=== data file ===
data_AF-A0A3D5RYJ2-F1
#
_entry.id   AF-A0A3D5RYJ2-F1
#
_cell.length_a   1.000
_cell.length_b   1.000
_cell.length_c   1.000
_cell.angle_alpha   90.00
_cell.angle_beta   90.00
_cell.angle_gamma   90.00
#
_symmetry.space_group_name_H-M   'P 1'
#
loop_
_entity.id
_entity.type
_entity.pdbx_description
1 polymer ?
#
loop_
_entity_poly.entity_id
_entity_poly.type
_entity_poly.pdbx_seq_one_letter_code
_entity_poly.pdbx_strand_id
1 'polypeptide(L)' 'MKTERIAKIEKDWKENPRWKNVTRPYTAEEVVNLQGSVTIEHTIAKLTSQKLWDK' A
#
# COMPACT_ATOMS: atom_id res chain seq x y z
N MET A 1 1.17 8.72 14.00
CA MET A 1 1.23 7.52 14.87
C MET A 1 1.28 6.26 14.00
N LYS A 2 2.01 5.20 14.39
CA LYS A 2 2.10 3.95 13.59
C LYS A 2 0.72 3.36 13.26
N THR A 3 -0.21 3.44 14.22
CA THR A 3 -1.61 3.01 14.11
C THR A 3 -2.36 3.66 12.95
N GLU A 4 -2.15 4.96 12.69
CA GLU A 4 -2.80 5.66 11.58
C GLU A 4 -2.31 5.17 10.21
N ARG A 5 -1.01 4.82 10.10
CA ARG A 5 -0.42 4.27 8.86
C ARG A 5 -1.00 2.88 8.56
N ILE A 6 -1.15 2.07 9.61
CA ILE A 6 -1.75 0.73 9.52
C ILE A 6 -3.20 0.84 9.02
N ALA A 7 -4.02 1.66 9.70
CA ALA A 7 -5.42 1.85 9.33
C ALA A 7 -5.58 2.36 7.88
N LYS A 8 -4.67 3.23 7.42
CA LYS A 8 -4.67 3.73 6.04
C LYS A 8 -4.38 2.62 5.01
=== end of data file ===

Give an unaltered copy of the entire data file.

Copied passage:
data_AF-A0A3D5RYJ2-F1
#
_entry.id   AF-A0A3D5RYJ2-F1
#
_cell.length_a   1.000
_cell.length_b   1.000
_cell.length_c   1.000
_cell.angle_alpha   90.00
_cell.angle_beta   90.00
_cell.angle_gamma   90.00
#
_symmetry.space_group_name_H-M   'P 1'
#
loop_
_entity.id
_entity.type
_entity.pdbx_description
1 polymer ?
#
loop_
_entity_poly.entity_id
_entity_poly.type
_entity_poly.pdbx_seq_one_letter_code
_entity_poly.pdbx_strand_id
1 'polypeptide(L)' 'MKTERIAKIEKDWKENPRWKNVTRPYTAEEVVNLQGSVTIEHTIAKLTSQKLWDK' A
#
# COMPACT_ATOMS: atom_id res chain seq x y z
N MET A 1 1.17 8.72 14.00
CA MET A 1 1.23 7.52 14.87
C MET A 1 1.28 6.26 14.00
N LYS A 2 2.01 5.20 14.39
CA LYS A 2 2.10 3.95 13.59
C LYS A 2 0.72 3.36 13.26
N THR A 3 -0.21 3.44 14.22
CA THR A 3 -1.61 3.01 14.11
C THR A 3 -2.36 3.66 12.95
N GLU A 4 -2.15 4.96 12.69
CA GLU A 4 -2.80 5.66 11.58
C GLU A 4 -2.31 5.17 10.21
N ARG A 5 -1.01 4.82 10.10
CA ARG A 5 -0.42 4.27 8.86
C ARG A 5 -1.00 2.88 8.56
N ILE A 6 -1.15 2.07 9.61
CA ILE A 6 -1.75 0.73 9.52
C ILE A 6 -3.20 0.84 9.02
N ALA A 7 -4.02 1.66 9.70
CA ALA A 7 -5.42 1.85 9.33
C ALA A 7 -5.58 2.36 7.88
N LYS A 8 -4.67 3.23 7.42
CA LYS A 8 -4.67 3.73 6.04
C LYS A 8 -4.38 2.62 5.01